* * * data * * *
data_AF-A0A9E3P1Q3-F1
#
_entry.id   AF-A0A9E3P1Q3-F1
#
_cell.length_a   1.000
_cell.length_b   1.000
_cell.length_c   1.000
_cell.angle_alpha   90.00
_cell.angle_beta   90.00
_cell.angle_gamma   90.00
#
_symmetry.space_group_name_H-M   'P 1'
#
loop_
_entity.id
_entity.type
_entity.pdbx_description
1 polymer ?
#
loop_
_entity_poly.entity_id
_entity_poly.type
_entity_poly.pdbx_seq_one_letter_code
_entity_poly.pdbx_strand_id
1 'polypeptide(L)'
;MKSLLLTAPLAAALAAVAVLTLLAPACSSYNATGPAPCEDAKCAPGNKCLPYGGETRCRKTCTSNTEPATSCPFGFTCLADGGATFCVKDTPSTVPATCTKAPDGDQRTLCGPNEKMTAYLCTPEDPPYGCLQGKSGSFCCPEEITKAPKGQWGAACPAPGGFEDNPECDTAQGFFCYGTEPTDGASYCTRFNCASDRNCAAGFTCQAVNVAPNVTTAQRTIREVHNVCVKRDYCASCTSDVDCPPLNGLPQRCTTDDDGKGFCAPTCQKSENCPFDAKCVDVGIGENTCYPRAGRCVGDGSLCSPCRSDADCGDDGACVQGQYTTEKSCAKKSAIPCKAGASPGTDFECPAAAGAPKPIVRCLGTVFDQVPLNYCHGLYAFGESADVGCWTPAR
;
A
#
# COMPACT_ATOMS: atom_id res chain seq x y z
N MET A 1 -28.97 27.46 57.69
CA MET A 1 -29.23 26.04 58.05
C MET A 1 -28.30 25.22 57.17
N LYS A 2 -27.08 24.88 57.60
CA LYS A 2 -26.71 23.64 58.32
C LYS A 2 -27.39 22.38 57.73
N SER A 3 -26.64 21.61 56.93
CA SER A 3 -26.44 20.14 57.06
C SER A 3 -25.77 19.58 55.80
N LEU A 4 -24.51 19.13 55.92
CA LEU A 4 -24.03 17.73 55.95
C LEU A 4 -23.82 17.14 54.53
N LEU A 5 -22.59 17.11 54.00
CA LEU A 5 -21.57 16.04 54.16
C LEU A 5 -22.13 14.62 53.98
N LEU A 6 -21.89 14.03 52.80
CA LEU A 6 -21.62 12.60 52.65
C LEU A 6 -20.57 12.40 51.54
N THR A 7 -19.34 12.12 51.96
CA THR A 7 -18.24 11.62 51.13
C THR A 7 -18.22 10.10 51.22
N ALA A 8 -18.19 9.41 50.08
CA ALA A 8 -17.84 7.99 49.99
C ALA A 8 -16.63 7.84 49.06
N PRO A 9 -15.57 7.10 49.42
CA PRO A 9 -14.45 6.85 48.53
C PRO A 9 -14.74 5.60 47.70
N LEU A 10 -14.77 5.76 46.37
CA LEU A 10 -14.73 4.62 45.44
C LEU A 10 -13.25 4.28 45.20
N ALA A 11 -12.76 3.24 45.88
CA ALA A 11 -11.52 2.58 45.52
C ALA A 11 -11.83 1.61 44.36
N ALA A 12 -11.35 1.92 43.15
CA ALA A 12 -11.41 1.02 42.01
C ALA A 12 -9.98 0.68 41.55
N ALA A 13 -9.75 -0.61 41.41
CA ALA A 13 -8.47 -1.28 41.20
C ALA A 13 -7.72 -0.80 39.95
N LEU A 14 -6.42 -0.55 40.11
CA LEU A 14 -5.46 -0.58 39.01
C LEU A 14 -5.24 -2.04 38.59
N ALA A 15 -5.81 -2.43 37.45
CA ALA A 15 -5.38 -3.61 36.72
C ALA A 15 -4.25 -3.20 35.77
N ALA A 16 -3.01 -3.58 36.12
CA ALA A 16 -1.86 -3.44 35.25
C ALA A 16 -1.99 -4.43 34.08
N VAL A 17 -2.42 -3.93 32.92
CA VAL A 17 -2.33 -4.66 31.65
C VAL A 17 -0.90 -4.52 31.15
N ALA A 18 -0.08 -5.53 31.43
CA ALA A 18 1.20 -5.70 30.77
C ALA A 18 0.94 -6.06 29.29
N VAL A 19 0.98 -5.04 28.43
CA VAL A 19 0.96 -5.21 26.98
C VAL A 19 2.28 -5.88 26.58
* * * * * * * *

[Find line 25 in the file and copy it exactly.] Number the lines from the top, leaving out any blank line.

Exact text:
1 'polypeptide(L)'